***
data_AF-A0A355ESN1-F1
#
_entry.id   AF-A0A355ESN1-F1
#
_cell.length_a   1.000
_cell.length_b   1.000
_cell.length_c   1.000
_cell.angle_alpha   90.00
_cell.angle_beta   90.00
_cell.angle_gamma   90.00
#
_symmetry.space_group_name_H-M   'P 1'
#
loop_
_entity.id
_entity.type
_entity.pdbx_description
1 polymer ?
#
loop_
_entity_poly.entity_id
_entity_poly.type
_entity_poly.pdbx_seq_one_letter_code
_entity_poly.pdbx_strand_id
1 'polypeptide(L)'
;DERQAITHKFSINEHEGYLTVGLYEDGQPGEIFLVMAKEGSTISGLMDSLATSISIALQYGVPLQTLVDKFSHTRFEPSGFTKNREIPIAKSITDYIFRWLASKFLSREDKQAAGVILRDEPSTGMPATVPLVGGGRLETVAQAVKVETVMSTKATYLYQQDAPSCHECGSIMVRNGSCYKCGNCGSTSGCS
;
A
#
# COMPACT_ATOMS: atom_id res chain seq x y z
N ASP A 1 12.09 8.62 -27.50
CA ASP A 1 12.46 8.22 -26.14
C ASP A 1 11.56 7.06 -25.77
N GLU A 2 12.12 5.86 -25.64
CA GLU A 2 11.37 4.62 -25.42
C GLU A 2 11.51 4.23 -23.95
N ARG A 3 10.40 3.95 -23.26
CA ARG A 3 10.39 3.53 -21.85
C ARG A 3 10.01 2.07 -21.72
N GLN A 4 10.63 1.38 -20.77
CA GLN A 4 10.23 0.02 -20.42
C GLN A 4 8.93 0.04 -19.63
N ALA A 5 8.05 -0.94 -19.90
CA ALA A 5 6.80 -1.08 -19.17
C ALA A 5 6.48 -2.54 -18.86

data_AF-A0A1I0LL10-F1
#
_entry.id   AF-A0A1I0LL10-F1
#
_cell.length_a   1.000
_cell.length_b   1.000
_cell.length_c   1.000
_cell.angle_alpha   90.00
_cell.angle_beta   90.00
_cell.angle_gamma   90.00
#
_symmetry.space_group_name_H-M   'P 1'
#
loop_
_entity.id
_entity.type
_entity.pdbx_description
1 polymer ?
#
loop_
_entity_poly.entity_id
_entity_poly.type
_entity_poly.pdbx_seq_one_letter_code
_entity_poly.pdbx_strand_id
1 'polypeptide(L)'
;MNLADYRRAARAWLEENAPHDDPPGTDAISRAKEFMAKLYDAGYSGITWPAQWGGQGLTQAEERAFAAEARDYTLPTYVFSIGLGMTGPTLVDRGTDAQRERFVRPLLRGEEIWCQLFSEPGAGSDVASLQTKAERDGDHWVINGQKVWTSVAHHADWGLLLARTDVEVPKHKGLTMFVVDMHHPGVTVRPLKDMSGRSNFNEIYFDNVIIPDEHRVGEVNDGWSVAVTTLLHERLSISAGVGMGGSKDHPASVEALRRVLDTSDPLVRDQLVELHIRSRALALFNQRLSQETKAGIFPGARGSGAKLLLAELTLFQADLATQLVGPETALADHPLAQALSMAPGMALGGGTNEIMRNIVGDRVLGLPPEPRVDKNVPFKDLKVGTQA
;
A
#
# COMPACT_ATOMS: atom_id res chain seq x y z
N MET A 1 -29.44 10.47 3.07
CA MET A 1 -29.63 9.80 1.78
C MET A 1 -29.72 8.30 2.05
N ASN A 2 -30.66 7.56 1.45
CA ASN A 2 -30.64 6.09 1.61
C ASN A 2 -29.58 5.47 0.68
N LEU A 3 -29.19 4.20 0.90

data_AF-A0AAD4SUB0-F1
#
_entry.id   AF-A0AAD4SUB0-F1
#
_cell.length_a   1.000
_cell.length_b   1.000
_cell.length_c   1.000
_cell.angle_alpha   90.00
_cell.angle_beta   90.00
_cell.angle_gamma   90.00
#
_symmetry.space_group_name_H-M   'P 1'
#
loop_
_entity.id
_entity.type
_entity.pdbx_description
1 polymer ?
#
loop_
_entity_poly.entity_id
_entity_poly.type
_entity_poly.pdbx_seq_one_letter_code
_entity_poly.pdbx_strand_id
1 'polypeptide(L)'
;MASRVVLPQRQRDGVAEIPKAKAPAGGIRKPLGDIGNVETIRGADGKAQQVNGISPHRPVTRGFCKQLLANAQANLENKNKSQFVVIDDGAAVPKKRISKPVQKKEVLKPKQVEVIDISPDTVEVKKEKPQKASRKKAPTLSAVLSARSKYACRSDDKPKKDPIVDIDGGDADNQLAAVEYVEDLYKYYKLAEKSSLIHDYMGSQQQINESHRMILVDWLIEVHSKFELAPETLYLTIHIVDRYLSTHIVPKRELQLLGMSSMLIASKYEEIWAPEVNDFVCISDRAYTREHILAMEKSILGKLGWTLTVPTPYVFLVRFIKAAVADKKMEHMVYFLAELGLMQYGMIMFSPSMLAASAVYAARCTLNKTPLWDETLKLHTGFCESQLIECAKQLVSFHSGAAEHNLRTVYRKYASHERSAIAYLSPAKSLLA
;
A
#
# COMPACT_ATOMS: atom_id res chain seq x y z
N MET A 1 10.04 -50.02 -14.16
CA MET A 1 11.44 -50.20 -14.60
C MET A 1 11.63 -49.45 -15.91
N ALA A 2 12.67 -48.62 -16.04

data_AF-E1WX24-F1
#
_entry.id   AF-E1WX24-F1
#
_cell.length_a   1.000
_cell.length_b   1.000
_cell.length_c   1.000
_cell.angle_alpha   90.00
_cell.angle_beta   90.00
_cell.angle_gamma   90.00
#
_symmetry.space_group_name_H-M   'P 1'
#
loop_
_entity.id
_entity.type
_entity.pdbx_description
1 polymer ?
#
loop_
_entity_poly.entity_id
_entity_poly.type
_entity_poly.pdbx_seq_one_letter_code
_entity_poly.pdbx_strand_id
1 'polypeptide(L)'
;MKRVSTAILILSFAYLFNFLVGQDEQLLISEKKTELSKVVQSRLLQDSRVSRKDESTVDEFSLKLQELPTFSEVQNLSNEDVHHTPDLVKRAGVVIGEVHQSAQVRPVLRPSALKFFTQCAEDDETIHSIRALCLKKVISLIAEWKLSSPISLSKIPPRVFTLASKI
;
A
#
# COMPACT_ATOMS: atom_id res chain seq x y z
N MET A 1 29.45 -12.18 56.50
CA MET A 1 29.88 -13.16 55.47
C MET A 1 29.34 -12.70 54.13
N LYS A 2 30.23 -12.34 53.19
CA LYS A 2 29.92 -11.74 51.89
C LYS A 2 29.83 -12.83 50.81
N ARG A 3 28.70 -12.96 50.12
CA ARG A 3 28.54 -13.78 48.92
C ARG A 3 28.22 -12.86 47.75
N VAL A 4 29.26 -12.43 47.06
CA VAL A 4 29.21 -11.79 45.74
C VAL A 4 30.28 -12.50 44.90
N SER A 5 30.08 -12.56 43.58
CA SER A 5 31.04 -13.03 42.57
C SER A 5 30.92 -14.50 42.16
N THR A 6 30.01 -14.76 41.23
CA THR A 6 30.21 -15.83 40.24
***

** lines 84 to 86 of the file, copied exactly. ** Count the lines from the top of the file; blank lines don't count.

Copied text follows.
#
_entry.id   AF-A0AAD4SUB0-F1
#